12/15/2011

Lance EldridgeAll Law Enforcement is Local
with Lance Eldridge

What's a degree worth? Law enforcement and education

The debate over whether or note officers should be college educated has been swirling around for decades and will not go away anytime soon

Almost anywhere one looks, law enforcement officers are bombarded with information encouraging them to earn a four-year college degree. The recurring themes are that the quality of policing will improve and officers will become better, more professional and, therefore, more apt to gain sought-after promotions should they complete a four-year degree.

However, individual officers should pursue a four-year degree for personal, not solely professional reasons. Departments contemplating a move towards a four-year applicant degree requirement should consider whether such a prerequisite reflects the community that they are sworn to protect and whether the requirement could decrease the applicant pool without significantly improving choices.

The idea of a college-educated police officer is not new. In 1967 the President’s Commission on Law Enforcement and Administration of Justice recommended in the report The Challenge of Crime in a Free Society that all officers have a four-year degree.

Measuring Police Performance
In 2006, Police Chief Magazine, a publication of the International Association of Chiefs of Police, ran a series of articles on the subject of education and police performance, several of which stressed the importance of hiring officers with college degrees.

The FBI’s National Academy magazine has run similar articles, one example as recent as the March / April 2011 publication. Popular police periodicals are larded with advertisements for educational programs encouraging officers to start the next step in their career.

Dr. Diana Bruns, now of Southeast Missouri State University, has noted (“Reflections on the One-Percent of Local Police Departments with Mandatory Four-Year Degree Requirements for New Hires”) that not all available studies support the idea that individuals with four-year degrees make better officers. However, she, along with many other criminal justice researchers, continue to support the idea.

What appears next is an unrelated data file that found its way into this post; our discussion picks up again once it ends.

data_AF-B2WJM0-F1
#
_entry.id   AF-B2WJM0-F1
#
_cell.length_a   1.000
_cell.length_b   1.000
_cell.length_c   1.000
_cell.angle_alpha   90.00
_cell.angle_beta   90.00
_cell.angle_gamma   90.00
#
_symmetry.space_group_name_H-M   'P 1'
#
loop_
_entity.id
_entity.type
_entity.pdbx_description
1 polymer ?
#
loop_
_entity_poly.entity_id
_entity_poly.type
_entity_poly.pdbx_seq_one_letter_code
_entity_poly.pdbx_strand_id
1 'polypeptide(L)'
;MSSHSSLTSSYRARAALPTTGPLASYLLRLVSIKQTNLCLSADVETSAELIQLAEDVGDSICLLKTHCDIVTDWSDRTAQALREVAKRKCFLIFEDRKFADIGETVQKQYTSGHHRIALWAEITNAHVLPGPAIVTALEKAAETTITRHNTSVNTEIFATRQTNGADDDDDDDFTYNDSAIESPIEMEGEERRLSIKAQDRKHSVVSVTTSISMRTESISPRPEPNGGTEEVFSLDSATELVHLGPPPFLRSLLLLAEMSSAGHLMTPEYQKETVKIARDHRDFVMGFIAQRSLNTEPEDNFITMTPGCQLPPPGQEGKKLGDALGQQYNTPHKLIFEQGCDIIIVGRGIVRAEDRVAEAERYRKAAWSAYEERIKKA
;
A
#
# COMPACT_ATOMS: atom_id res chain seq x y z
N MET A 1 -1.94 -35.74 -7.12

As Dr. Bruns noted, the real problem remains that there is little agreement on what criteria should be used to measure police performance. In fact, significant disagreement exists on what determines professionalism. One group of researchers refer to this as “the criterion problem.”

Therefore, it may be difficult to conclude what, exactly, improves with better-educated officers. Do officer with four-year degrees really do a better job protecting the community?

For proponents it’s difficult to explain why a bachelor’s degree is critical to, say, a patrol officer on the pointy end of the spear whose time is spent matching a suspect’s actions with articulable probable cause, wresting a drunk to the ground or, for that matter, resolving neighbor disputes that don’t rise to the level of a criminal offense. Here, in the real world, experience weighs more heavily than education in determining survival and success.

Training Versus Education
The truth is, police work is primarily experiential. Today’s officers demand applicable training to keep them successful and many may not see educational alternatives in the same way. Dr. James Ness hinted at this when he wrote that “[e]ducation really never has seemed to be an important ingredient for police officers.” His comment echoes Dr. Bruns’ findings that some police chiefs contacted for her study believe that the law-enforcement culture is anti-education.